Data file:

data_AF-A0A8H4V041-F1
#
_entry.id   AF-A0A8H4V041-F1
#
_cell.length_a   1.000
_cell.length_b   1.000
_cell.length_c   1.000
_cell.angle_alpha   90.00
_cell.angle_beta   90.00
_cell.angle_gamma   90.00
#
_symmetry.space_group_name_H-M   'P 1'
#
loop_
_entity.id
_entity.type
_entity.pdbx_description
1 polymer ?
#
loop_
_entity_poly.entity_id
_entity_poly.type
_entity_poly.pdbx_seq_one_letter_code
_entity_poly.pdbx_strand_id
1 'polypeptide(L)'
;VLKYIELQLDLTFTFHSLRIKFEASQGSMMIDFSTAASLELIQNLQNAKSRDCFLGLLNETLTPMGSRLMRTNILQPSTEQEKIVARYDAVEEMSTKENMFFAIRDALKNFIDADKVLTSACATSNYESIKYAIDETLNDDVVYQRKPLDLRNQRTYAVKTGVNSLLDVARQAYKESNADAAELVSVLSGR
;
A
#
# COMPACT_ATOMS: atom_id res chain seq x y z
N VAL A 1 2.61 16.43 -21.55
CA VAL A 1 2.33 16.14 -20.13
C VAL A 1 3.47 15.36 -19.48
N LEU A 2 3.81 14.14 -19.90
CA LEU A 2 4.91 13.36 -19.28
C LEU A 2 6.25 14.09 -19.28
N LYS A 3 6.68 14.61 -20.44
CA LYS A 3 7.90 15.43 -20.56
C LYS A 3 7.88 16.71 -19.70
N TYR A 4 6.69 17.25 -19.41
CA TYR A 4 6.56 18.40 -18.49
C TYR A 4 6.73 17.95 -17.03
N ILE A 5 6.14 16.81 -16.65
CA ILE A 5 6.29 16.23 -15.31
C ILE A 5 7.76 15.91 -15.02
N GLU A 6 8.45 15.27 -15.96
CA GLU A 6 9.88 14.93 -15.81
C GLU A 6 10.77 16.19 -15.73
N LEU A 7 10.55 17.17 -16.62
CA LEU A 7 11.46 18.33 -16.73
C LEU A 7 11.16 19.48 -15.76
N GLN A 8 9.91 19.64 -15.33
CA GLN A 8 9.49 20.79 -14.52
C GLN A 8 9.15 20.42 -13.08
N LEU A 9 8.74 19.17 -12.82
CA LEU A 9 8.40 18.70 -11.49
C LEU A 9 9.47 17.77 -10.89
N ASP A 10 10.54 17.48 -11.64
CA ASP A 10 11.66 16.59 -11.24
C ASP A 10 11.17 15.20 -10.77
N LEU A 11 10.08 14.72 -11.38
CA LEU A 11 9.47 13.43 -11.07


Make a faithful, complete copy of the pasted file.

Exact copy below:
data_AF-A0A8H4V041-F1
#
_entry.id   AF-A0A8H4V041-F1
#
_cell.length_a   1.000
_cell.length_b   1.000
_cell.length_c   1.000
_cell.angle_alpha   90.00
_cell.angle_beta   90.00
_cell.angle_gamma   90.00
#
_symmetry.space_group_name_H-M   'P 1'
#
loop_
_entity.id
_entity.type
_entity.pdbx_description
1 polymer ?
#
loop_
_entity_poly.entity_id
_entity_poly.type
_entity_poly.pdbx_seq_one_letter_code
_entity_poly.pdbx_strand_id
1 'polypeptide(L)'
;VLKYIELQLDLTFTFHSLRIKFEASQGSMMIDFSTAASLELIQNLQNAKSRDCFLGLLNETLTPMGSRLMRTNILQPSTEQEKIVARYDAVEEMSTKENMFFAIRDALKNFIDADKVLTSACATSNYESIKYAIDETLNDDVVYQRKPLDLRNQRTYAVKTGVNSLLDVARQAYKESNADAAELVSVLSGR
;
A
#
# COMPACT_ATOMS: atom_id res chain seq x y z
N VAL A 1 2.61 16.43 -21.55
CA VAL A 1 2.33 16.14 -20.13
C VAL A 1 3.47 15.36 -19.48
N LEU A 2 3.81 14.14 -19.90
CA LEU A 2 4.91 13.36 -19.28
C LEU A 2 6.25 14.09 -19.28
N LYS A 3 6.68 14.61 -20.44
CA LYS A 3 7.90 15.43 -20.56
C LYS A 3 7.88 16.71 -19.70
N TYR A 4 6.69 17.25 -19.41
CA TYR A 4 6.56 18.40 -18.49
C TYR A 4 6.73 17.95 -17.03
N ILE A 5 6.14 16.81 -16.65
CA ILE A 5 6.29 16.23 -15.31
C ILE A 5 7.76 15.91 -15.02
N GLU A 6 8.45 15.27 -15.96
CA GLU A 6 9.88 14.93 -15.81
C GLU A 6 10.77 16.19 -15.73
N LEU A 7 10.55 17.17 -16.62
CA LEU A 7 11.46 18.33 -16.73
C LEU A 7 11.16 19.48 -15.76
N GLN A 8 9.91 19.64 -15.33
CA GLN A 8 9.49 20.79 -14.52
C GLN A 8 9.15 20.42 -13.08
N LEU A 9 8.74 19.17 -12.82
CA LEU A 9 8.40 18.70 -11.49
C LEU A 9 9.47 17.77 -10.89
N ASP A 10 10.54 17.48 -11.64
CA ASP A 10 11.66 16.59 -11.24
C ASP A 10 11.17 15.20 -10.77
N LEU A 11 10.08 14.72 -11.38
CA LEU A 11 9.47 13.43 -11.07